The University of the Arts and Sarah Lawrence College faculty are just the latest victims of the “therapeutic model of education, which prioritizes feelings and happiness over learning,” according to Tom Nichols, a professor at the U.S. Naval War College and vocal critic of President Trump.
He writes in The Atlantic that a “more noxious version” of 1960s campus activism “is now in full swing, with students demanding a say in the hiring and firing of faculty whose views they merely happen not to like.”
The student activists’ agenda “could have come out of China during the Cultural Revolution—if Maoists had been as obsessed with race and sexuality as they were with class,” Nichols writes.
He cites the proliferation of ludicrous demands, particularly at elite liberal arts schools: student-led tenure review of Abrams, replacement of self-identified transgender Paglia with a “queer person of color,” and creation of a black studies department at recruitment-challenged Middlebury College (in Vermont, “the whitest state of the nation”).
“This is not activism so much as it is preening would-be totalitarianism,” enabled by the supposed leaders of these institutions, Nichols warns:
First, we have to recognize a shameless dereliction of duty among faculty and administrators. Student activism can be an important part of education, but it is in the nature of students, especially among the young, to take moral differences to their natural extreme, because it is often their first excursion into the territory of an examined and conscious belief system. Faculty, both as interlocutors and mentors, should pull students back from the precipice of moral purity and work with them to acquire the skills and values that not only imbue tolerance, but provide for the rational discussion of opposing, and even hateful, views.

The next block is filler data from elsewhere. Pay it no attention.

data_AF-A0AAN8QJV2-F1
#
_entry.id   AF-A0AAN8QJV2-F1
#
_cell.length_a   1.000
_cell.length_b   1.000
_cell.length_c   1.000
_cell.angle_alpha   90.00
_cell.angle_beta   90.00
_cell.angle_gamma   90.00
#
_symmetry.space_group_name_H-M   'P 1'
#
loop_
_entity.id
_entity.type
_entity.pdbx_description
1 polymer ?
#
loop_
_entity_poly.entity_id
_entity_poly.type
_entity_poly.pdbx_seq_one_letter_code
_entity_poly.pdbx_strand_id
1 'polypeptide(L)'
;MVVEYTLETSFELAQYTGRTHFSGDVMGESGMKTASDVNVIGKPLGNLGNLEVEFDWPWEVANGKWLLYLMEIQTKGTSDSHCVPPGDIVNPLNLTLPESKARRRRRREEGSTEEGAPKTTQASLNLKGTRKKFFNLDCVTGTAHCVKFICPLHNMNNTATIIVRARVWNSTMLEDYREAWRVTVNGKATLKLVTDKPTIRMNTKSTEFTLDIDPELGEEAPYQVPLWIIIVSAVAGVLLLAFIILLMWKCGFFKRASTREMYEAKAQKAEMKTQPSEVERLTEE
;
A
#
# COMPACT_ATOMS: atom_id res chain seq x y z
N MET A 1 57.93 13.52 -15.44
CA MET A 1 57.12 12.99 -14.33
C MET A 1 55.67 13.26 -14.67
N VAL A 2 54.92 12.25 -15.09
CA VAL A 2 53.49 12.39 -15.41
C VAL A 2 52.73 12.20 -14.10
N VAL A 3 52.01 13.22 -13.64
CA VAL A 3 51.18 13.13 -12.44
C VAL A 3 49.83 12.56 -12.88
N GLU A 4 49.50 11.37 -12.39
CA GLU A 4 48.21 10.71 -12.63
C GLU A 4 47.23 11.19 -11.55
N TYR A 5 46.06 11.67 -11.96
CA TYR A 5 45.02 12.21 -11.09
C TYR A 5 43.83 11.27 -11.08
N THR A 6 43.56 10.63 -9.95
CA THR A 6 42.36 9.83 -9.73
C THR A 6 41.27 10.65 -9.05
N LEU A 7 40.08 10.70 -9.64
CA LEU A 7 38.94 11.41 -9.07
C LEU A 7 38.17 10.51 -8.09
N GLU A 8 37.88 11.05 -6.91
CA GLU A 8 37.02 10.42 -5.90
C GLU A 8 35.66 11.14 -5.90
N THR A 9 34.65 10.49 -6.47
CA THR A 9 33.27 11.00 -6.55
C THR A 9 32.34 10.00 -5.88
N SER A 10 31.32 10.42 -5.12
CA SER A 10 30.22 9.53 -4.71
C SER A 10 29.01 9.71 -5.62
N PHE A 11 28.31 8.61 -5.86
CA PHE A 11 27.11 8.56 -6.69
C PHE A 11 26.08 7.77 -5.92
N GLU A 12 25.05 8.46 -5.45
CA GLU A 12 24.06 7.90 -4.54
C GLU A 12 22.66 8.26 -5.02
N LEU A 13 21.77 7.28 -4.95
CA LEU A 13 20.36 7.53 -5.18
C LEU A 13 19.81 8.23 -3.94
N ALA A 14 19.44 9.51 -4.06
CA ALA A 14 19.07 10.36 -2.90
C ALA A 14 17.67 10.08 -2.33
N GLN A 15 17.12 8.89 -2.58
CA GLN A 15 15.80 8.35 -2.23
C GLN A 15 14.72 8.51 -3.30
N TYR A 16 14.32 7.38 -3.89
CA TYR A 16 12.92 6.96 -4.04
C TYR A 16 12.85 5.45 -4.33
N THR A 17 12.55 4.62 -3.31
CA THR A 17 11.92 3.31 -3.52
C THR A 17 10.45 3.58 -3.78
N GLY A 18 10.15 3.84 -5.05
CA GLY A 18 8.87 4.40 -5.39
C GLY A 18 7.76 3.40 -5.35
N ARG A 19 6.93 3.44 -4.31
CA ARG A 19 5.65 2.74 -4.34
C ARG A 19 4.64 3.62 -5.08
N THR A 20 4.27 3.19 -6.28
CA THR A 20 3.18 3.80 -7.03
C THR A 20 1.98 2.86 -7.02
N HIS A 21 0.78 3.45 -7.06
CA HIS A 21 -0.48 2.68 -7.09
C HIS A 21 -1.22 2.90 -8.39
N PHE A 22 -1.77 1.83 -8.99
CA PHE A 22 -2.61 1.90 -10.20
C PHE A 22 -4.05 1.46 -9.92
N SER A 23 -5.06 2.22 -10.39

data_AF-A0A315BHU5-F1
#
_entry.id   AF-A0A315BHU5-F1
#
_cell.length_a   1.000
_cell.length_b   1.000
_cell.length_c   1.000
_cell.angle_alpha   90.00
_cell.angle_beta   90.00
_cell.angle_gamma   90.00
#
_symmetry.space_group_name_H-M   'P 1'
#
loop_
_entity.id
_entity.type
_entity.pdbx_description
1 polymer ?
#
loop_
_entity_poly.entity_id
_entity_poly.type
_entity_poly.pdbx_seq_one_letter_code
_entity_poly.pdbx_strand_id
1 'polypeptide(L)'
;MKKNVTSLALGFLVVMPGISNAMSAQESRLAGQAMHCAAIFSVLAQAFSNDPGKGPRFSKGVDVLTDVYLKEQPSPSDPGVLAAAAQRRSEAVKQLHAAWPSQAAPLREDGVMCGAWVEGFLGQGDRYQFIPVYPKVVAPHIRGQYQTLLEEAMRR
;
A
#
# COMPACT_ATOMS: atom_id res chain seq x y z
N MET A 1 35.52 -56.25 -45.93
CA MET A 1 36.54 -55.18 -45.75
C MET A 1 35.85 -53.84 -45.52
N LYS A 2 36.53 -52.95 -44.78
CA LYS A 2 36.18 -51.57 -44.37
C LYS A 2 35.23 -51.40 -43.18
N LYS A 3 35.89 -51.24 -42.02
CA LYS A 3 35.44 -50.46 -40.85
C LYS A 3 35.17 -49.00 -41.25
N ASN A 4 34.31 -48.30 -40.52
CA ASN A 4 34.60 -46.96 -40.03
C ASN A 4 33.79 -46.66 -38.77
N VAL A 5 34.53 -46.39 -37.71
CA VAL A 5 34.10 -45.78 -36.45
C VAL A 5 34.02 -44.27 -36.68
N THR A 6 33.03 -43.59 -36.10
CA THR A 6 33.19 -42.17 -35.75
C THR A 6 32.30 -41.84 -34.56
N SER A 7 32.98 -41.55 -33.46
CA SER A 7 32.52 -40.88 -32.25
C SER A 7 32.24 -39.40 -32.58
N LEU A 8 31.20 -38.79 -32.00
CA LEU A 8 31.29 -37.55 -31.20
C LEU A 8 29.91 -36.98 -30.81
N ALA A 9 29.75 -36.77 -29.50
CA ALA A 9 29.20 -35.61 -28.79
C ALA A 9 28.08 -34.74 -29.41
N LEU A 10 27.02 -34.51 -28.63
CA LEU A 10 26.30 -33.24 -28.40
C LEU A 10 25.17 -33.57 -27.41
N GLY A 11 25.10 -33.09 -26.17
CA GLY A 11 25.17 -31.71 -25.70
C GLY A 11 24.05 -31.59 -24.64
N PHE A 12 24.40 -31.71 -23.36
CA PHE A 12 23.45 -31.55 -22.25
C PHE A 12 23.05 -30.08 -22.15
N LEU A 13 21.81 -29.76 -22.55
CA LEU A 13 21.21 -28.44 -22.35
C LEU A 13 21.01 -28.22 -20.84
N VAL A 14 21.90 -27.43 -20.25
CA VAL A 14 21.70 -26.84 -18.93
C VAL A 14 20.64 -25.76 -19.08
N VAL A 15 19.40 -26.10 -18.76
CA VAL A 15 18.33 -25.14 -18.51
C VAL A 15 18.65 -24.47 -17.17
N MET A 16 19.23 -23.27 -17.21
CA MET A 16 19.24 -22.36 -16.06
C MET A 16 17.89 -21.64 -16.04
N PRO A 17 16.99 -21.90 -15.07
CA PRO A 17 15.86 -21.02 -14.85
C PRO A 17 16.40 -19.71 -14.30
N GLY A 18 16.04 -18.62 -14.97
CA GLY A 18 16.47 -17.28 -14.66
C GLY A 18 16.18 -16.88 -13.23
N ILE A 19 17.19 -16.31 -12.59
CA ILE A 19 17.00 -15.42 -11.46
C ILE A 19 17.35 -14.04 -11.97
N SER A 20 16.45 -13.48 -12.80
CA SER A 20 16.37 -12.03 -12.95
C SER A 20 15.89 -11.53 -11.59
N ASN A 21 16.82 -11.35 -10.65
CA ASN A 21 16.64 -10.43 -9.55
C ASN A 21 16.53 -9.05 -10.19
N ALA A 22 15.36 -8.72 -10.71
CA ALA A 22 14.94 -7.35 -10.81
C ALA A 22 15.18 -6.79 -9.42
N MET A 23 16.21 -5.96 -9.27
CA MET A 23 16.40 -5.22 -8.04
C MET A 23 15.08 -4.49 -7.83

This “unbridled and performative student activism” is in some part “a disease of affluence,” he says. Students feel entitled to get everything they want because of the time and money they spend on their educations, and administrators invite them to do so:
Colleges take the temperature of their students constantly, asking if they feel fulfilled, if they like their courses, and if they have any complaints. Little wonder that the students have made the short and obvious jump to the conclusion that they should be in charge.
This is exactly backwards, Nichols says:
Students must be reminded that they petitioned the institution for entry, and not the other way around; they asked the university to allow them to enter into a contract in which the professors are obligated to educate them and they are obligated to fulfill the requirements that will allow those professors to recommend them to the university for graduation. …
The contract is not just a bill for client services from the university’s dutiful employees. It is a promise by the students to accept instruction, rather than to give it.